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July 24, 2017 | by  | in Theatre | [ssba]


(de)construct, directed by Cerea Maree Brown, is an emotional whirlwind. Performed at La Mama Theatre in Melbourne from June 28 to July 2, this dance-theatre piece unfolds on a small and strangely lit stage. Nabs Adhan, Lucy Pitt, Antonia Yip Siew Pin, and Jai Leeworthy embark together on a deeply personal conversation about identity, social anxiety, language, gender, sexuality, and living away from home. The four cast members perform as themselves, sharing fragments of their thoughts, feelings, and experiences, in dialogue with each other. Flecked with ums, ahs, and bouts of silence, the conversation seems unrehearsed, yet, contradictorily, every word spoken is projected onto two huge, white sheets suspended on each side of the stage. It becomes apparent that the dance-theatre work is a re-performance of a previously recorded and transcribed conversation, deconstructing the boundaries of time and blurring the lines between past and present (or at least I think that’s what it’s about).

Through the blending of words and dance, (de)construct captures the emotionality of coping with mental illness and living our day-to-day lives. Although each member of the cast comes from a different background with different stories with different struggles, they each have in common a strong sense of alienation, anxiety, and longing to connect — to belong. Intriguingly, in voicing their personal sites of struggle, the cast allow the audience to peek into their lives, creating a sense of intimacy that is further heightened by the small, classroom-sized theatre. The audience sits within reach of the cast and so close to each other, it’s easy to be distracted by the shifting facial expressions of those sitting across the other side of the stage. Throughout the show, there’s a twinge of guilt, a sense of taking without giving, knowing that we, the audience, can remain safe and anonymous as the cast bare a little bit of their souls to a crowd of strangers.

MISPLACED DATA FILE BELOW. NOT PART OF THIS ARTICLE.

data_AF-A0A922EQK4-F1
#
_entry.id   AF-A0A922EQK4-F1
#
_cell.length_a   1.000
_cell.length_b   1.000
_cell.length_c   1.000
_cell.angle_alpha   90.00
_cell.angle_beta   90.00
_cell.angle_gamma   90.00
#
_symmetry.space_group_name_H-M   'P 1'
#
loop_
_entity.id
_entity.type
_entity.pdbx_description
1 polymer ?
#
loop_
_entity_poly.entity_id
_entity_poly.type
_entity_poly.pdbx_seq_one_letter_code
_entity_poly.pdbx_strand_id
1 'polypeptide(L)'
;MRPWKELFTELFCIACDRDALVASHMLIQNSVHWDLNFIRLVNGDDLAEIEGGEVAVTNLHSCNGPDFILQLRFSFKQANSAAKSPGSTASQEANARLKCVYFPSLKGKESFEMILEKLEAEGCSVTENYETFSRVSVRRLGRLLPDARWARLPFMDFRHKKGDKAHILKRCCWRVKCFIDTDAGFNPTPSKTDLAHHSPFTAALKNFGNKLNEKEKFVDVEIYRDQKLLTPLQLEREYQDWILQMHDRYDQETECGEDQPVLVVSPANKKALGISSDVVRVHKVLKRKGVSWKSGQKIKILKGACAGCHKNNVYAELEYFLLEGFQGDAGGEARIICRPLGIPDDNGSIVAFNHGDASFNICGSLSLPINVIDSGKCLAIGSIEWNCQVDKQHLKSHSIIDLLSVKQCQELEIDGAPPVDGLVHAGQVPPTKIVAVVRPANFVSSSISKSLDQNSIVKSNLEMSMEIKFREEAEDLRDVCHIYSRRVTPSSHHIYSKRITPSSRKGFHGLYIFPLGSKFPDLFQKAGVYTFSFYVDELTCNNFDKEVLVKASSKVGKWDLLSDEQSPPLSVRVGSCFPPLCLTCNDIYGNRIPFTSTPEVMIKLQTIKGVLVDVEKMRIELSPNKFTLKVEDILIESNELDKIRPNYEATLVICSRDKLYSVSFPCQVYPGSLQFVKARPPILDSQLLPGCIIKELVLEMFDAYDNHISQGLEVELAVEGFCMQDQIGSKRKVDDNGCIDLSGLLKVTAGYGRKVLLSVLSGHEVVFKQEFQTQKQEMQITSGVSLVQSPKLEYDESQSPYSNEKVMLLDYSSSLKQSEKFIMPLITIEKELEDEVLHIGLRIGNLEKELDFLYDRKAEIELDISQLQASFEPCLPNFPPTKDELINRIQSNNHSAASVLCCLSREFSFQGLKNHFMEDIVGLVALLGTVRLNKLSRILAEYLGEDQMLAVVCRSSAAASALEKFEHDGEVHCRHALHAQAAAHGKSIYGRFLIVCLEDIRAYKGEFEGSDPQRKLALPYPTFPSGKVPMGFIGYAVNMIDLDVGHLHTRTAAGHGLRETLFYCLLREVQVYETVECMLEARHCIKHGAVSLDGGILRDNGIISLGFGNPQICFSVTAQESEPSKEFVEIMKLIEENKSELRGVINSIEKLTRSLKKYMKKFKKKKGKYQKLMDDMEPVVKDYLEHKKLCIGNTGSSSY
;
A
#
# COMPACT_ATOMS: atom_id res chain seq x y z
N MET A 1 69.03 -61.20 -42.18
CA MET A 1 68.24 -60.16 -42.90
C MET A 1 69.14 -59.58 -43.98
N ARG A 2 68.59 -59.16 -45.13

Writhing, flinching, falling, bodies embody the frustration and despair of feeling isolated, and of wanting yet being unable to reach out to others. Not too abstract or contrived, the bodies are beautifully expressive, capturing and distilling the essence of a human feeling into flesh and movement. At the same time, the carefully choreographed dance, like the transcription and re-performance, highlights the gap between inner thought and feeling and external communication. It reveals the impossibility of expressing and presenting ourselves to others in a way that exactly reflects what we truly think and who we truly are. The act of self-expression always require a process of translation. No matter how hard we try, it’s impossible to have others know us in the same way that we know ourselves.

Burdened with this heavy thought, we left immediately after the play to go and get dinner, speaking to no one but each other.


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